Keywords: Adaptor Proteins, Signal Transducing ; Animals ; Blood Glucose/metabolism ; Carrier Proteins/*antagonists & inhibitors/metabolism ; Cell Nucleus/enzymology ; Crystallography, X-Ray ; Diabetes Mellitus, Type 2/blood/*drug therapy/enzymology ; Disease Models, Animal ; Hepatocytes ; Humans ; Hyperglycemia/blood/drug therapy/enzymology ; Hypoglycemic Agents/chemistry/*pharmacology/*therapeutic use ; Liver/cytology/enzymology/metabolism ; Male ; Models, Molecular ; Organ Specificity ; Phosphorylation/drug effects ; Piperazines/chemistry/metabolism/pharmacology/therapeutic use ; Protein Binding/drug effects ; Protein Transport/drug effects ; Rats ; Rats, Wistar ; Sulfonamides/chemistry/metabolism/pharmacology/therapeutic use
    Print ISSN: 0028-0836
    Electronic ISSN: 1476-4687
    Topics: Biology , Chemistry and Pharmacology , Medicine , Natural Sciences in General , Physics
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  • 2
    ISSN: 1573-1472
    Source: Springer Online Journal Archives 1860-2000
    Topics: Geosciences , Physics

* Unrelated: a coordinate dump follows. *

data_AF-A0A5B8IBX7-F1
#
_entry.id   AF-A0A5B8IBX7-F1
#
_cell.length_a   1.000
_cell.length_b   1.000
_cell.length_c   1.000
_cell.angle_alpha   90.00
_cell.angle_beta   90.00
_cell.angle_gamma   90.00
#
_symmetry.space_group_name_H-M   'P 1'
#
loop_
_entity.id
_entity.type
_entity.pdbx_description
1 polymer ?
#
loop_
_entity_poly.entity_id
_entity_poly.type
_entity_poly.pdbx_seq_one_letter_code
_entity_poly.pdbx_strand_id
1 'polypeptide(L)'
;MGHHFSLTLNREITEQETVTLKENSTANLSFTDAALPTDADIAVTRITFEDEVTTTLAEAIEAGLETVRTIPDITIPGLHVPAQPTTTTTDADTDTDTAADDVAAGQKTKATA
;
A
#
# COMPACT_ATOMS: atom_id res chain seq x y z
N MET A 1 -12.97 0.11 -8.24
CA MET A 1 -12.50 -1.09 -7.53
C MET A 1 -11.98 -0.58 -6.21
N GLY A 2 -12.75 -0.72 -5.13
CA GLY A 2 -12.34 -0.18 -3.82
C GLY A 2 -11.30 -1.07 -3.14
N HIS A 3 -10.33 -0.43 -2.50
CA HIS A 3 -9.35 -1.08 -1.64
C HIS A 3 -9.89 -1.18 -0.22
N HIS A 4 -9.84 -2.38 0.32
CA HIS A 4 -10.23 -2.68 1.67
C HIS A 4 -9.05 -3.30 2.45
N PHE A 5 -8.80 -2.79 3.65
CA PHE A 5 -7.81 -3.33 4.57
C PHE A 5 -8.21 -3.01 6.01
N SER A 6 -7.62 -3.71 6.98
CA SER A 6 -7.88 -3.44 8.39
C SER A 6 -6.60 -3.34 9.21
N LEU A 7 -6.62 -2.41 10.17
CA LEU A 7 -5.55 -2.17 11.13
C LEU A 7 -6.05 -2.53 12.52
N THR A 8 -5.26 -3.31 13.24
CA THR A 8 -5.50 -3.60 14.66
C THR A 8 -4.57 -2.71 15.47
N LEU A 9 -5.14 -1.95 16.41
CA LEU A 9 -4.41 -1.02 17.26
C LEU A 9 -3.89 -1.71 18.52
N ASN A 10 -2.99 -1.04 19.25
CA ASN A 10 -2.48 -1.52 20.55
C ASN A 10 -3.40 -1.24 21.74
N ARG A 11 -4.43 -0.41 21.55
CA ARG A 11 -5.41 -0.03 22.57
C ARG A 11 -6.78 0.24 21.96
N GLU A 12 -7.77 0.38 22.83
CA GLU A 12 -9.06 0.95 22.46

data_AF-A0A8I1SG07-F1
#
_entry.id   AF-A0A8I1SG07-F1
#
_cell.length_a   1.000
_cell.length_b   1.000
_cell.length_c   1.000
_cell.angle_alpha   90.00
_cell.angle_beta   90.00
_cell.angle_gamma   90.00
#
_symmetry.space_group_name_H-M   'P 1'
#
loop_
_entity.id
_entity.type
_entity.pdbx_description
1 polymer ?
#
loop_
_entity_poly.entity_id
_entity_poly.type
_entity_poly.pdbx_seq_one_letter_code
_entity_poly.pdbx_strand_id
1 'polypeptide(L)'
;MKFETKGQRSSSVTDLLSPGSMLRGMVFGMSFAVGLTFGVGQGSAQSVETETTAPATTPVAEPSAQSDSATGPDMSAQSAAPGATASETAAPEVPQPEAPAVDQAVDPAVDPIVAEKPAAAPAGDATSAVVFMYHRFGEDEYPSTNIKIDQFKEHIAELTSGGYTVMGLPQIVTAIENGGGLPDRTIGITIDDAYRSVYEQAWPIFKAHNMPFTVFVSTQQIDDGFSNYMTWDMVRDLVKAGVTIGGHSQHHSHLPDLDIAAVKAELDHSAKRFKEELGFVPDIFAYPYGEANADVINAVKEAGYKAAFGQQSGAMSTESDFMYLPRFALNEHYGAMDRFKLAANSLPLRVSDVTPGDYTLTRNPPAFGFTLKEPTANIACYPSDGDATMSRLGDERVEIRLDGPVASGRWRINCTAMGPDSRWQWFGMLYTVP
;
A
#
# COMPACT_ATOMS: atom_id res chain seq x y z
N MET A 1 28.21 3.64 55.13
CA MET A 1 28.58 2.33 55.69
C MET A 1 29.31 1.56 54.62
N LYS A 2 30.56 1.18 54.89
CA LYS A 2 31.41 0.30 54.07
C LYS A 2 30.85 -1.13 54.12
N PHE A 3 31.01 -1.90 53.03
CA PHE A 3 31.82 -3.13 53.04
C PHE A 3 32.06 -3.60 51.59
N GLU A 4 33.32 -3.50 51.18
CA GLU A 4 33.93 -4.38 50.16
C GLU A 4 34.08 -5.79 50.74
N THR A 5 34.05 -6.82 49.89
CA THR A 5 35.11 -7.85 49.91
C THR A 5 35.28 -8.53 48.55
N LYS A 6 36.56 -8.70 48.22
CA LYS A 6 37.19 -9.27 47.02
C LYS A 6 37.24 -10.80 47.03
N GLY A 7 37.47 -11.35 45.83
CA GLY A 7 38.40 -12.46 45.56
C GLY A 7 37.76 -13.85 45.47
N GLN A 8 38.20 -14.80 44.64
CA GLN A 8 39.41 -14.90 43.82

Notes: Abstract Seventy-five nights of fast-response wind and temperature data taken from a 300 m tower near Augusta, GA, were analyzed to determine the time-height structure of the nocturnal planetary boundary layer. The nights were selected from all four seasons over a wide range of synoptic conditions. Statistical summaries of Pasquill-Gifford stability, boundary-layer depth, nocturnal jet height, directional shear, gravity wave occurrence, and azimuthal meandering were obtained. The diversity of nocturnal conditions for the 75 cases resulted in histograms with broad peaks and slowly-varying distributions. To reduce the overall variance, we grouped the nights into two classes: steady nights and unsteady nights. Nights classified as “steady” maintained relatively uniform wind conditions. The data base was large enough to permit a further breakdown of the steady nights into three subclasses based on the height and strength of the wind maximum. “Unsteady” nights were more disturbed, showing time-dependent features in the wind field and were also divided into three subclasses, depending on the predominant features observed: microfrontal passage, trend, or variable conditions. Although the subclasses were based mainly on wind structure, they correlated well with other NPBL properties, such as mixed-layer depth and inversion strength. Thus, the classification procedure tended to group together nights with similar dispersion characteristics.